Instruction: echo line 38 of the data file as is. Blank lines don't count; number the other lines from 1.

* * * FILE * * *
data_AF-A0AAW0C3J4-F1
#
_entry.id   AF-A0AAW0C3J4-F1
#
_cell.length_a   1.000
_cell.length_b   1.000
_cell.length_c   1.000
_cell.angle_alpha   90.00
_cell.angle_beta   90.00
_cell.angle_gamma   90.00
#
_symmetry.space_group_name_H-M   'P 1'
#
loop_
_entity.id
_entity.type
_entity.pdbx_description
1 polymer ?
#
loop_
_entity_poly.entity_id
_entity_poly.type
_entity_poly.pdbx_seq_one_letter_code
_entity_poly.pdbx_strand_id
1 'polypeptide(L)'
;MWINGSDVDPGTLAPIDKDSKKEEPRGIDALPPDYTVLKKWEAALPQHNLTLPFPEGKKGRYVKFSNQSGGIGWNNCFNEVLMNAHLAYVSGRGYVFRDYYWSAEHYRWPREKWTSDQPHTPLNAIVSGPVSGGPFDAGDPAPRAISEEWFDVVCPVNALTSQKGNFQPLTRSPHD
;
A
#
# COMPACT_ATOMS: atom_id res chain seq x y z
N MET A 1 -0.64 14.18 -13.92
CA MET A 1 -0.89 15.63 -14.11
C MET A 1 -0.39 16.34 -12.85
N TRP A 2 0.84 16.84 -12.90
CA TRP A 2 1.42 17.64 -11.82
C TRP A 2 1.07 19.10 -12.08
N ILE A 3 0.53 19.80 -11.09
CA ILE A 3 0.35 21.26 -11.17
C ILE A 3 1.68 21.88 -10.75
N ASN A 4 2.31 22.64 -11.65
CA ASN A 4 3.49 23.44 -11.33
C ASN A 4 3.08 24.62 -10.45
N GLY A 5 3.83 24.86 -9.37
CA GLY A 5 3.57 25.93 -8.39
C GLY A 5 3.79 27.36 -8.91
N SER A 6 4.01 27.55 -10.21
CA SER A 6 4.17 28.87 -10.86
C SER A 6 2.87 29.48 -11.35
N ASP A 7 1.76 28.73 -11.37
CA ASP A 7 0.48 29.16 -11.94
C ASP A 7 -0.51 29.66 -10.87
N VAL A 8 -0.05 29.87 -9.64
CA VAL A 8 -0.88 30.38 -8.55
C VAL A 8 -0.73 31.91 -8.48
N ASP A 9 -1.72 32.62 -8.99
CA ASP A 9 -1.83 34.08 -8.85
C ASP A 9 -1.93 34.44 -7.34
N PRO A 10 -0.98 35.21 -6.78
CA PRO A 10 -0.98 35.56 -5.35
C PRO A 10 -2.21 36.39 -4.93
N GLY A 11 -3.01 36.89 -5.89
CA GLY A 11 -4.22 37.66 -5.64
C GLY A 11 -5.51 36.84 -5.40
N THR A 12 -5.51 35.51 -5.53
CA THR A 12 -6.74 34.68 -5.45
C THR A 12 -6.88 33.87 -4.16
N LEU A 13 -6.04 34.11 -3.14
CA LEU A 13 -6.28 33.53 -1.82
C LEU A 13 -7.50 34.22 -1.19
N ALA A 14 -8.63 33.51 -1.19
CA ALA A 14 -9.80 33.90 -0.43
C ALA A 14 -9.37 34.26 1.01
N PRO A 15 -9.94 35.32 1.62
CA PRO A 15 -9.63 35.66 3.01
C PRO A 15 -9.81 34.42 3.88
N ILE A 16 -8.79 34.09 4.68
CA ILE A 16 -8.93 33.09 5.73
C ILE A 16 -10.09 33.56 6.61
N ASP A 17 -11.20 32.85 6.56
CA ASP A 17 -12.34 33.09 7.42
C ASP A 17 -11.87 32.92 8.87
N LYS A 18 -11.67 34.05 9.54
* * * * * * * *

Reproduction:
CA ILE A 3 0.35 21.26 -11.17